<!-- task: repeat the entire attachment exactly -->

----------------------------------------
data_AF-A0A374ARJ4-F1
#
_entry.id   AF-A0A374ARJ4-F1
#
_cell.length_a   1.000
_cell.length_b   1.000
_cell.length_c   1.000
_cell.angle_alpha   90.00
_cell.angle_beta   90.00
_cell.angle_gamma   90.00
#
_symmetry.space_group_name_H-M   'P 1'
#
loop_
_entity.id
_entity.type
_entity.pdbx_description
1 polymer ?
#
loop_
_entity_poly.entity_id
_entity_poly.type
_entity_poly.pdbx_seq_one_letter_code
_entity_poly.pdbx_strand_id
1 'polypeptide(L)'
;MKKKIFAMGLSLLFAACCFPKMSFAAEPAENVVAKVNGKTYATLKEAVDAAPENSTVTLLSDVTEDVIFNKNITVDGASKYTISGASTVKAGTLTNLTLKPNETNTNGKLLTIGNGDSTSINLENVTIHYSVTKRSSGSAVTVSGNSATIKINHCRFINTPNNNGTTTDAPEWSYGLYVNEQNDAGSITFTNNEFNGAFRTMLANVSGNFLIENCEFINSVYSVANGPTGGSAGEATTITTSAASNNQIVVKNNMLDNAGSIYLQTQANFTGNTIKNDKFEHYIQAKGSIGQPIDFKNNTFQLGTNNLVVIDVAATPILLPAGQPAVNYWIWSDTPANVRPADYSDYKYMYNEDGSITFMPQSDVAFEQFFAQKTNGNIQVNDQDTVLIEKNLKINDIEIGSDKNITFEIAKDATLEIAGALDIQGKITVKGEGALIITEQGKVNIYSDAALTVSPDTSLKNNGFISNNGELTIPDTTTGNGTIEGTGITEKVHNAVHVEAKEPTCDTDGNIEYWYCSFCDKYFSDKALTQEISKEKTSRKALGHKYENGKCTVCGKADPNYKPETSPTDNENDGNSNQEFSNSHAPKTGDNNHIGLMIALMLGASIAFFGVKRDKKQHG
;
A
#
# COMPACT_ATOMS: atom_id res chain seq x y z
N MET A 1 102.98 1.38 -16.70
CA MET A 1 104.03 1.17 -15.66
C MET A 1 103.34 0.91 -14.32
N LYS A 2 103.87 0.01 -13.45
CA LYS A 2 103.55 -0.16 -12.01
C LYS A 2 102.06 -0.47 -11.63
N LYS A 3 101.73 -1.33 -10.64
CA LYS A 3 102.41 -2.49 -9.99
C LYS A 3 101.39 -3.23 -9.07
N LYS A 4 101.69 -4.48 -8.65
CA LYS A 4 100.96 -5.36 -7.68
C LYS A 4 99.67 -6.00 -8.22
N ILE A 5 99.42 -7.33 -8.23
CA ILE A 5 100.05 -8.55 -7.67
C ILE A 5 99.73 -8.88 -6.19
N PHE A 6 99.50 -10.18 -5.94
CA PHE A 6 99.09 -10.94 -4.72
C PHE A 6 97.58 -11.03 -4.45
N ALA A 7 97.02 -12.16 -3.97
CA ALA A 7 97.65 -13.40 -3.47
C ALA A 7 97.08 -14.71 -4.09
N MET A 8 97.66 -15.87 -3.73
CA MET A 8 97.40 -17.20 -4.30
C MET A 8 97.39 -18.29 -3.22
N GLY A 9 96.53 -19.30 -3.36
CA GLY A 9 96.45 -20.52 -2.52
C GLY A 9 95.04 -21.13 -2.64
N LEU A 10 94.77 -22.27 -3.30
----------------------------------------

data_AF-A0A374ARJ4-F1
#
_entry.id   AF-A0A374ARJ4-F1
#
_cell.length_a   1.000
_cell.length_b   1.000
_cell.length_c   1.000
_cell.angle_alpha   90.00
_cell.angle_beta   90.00
_cell.angle_gamma   90.00
#
_symmetry.space_group_name_H-M   'P 1'
#
loop_
_entity.id
_entity.type
_entity.pdbx_description
1 polymer ?
#
loop_
_entity_poly.entity_id
_entity_poly.type
_entity_poly.pdbx_seq_one_letter_code
_entity_poly.pdbx_strand_id
1 'polypeptide(L)'
;MKKKIFAMGLSLLFAACCFPKMSFAAEPAENVVAKVNGKTYATLKEAVDAAPENSTVTLLSDVTEDVIFNKNITVDGASKYTISGASTVKAGTLTNLTLKPNETNTNGKLLTIGNGDSTSINLENVTIHYSVTKRSSGSAVTVSGNSATIKINHCRFINTPNNNGTTTDAPEWSYGLYVNEQNDAGSITFTNNEFNGAFRTMLANVSGNFLIENCEFINSVYSVANGPTGGSAGEATTITTSAASNNQIVVKNNMLDNAGSIYLQTQANFTGNTIKNDKFEHYIQAKGSIGQPIDFKNNTFQLGTNNLVVIDVAATPILLPAGQPAVNYWIWSDTPANVRPADYSDYKYMYNEDGSITFMPQSDVAFEQFFAQKTNGNIQVNDQDTVLIEKNLKINDIEIGSDKNITFEIAKDATLEIAGALDIQGKITVKGEGALIITEQGKVNIYSDAALTVSPDTSLKNNGFISNNGELTIPDTTTGNGTIEGTGITEKVHNAVHVEAKEPTCDTDGNIEYWYCSFCDKYFSDKALTQEISKEKTSRKALGHKYENGKCTVCGKADPNYKPETSPTDNENDGNSNQEFSNSHAPKTGDNNHIGLMIALMLGASIAFFGVKRDKKQHG
;
A
#
# COMPACT_ATOMS: atom_id res chain seq x y z
N MET A 1 102.98 1.38 -16.70
CA MET A 1 104.03 1.17 -15.66
C MET A 1 103.34 0.91 -14.32
N LYS A 2 103.87 0.01 -13.45
CA LYS A 2 103.55 -0.16 -12.01
C LYS A 2 102.06 -0.47 -11.63
N LYS A 3 101.73 -1.33 -10.64
CA LYS A 3 102.41 -2.49 -9.99
C LYS A 3 101.39 -3.23 -9.07
N LYS A 4 101.69 -4.48 -8.65
CA LYS A 4 100.96 -5.36 -7.68
C LYS A 4 99.67 -6.00 -8.22
N ILE A 5 99.42 -7.33 -8.23
CA ILE A 5 100.05 -8.55 -7.67
C ILE A 5 99.73 -8.88 -6.19
N PHE A 6 99.50 -10.18 -5.94
CA PHE A 6 99.09 -10.94 -4.72
C PHE A 6 97.58 -11.03 -4.45
N ALA A 7 97.02 -12.16 -3.97
CA ALA A 7 97.65 -13.40 -3.47
C ALA A 7 97.08 -14.71 -4.09
N MET A 8 97.66 -15.87 -3.73
CA MET A 8 97.40 -17.20 -4.30
C MET A 8 97.39 -18.29 -3.22
N GLY A 9 96.53 -19.30 -3.36
CA GLY A 9 96.45 -20.52 -2.52
C GLY A 9 95.04 -21.13 -2.64
N LEU A 10 94.77 -22.27 -3.30